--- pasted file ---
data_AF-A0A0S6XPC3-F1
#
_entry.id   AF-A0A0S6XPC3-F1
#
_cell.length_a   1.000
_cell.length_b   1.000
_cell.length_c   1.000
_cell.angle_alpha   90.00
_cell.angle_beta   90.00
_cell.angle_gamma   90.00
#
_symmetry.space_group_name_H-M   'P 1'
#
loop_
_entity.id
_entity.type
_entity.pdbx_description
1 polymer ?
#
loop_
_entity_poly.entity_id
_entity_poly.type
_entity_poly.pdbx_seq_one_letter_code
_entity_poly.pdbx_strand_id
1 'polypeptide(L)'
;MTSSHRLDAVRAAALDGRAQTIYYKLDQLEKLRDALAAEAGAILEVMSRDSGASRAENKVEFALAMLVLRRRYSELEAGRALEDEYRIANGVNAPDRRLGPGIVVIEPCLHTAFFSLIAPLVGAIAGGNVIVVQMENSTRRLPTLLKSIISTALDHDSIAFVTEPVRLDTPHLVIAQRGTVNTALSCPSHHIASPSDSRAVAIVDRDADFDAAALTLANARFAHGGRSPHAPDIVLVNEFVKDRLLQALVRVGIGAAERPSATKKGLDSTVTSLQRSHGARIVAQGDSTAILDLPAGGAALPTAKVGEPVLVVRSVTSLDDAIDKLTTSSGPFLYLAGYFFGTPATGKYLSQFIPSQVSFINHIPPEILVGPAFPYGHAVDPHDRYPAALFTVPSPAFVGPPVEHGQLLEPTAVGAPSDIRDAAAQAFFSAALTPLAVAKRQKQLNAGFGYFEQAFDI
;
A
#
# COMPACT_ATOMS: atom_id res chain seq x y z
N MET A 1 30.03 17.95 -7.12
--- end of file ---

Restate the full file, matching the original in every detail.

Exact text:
data_AF-A0A0S6XPC3-F1
#
_entry.id   AF-A0A0S6XPC3-F1
#
_cell.length_a   1.000
_cell.length_b   1.000
_cell.length_c   1.000
_cell.angle_alpha   90.00
_cell.angle_beta   90.00
_cell.angle_gamma   90.00
#
_symmetry.space_group_name_H-M   'P 1'
#
loop_
_entity.id
_entity.type
_entity.pdbx_description
1 polymer ?
#
loop_
_entity_poly.entity_id
_entity_poly.type
_entity_poly.pdbx_seq_one_letter_code
_entity_poly.pdbx_strand_id
1 'polypeptide(L)'
;MTSSHRLDAVRAAALDGRAQTIYYKLDQLEKLRDALAAEAGAILEVMSRDSGASRAENKVEFALAMLVLRRRYSELEAGRALEDEYRIANGVNAPDRRLGPGIVVIEPCLHTAFFSLIAPLVGAIAGGNVIVVQMENSTRRLPTLLKSIISTALDHDSIAFVTEPVRLDTPHLVIAQRGTVNTALSCPSHHIASPSDSRAVAIVDRDADFDAAALTLANARFAHGGRSPHAPDIVLVNEFVKDRLLQALVRVGIGAAERPSATKKGLDSTVTSLQRSHGARIVAQGDSTAILDLPAGGAALPTAKVGEPVLVVRSVTSLDDAIDKLTTSSGPFLYLAGYFFGTPATGKYLSQFIPSQVSFINHIPPEILVGPAFPYGHAVDPHDRYPAALFTVPSPAFVGPPVEHGQLLEPTAVGAPSDIRDAAAQAFFSAALTPLAVAKRQKQLNAGFGYFEQAFDI
;
A
#
# COMPACT_ATOMS: atom_id res chain seq x y z
N MET A 1 30.03 17.95 -7.12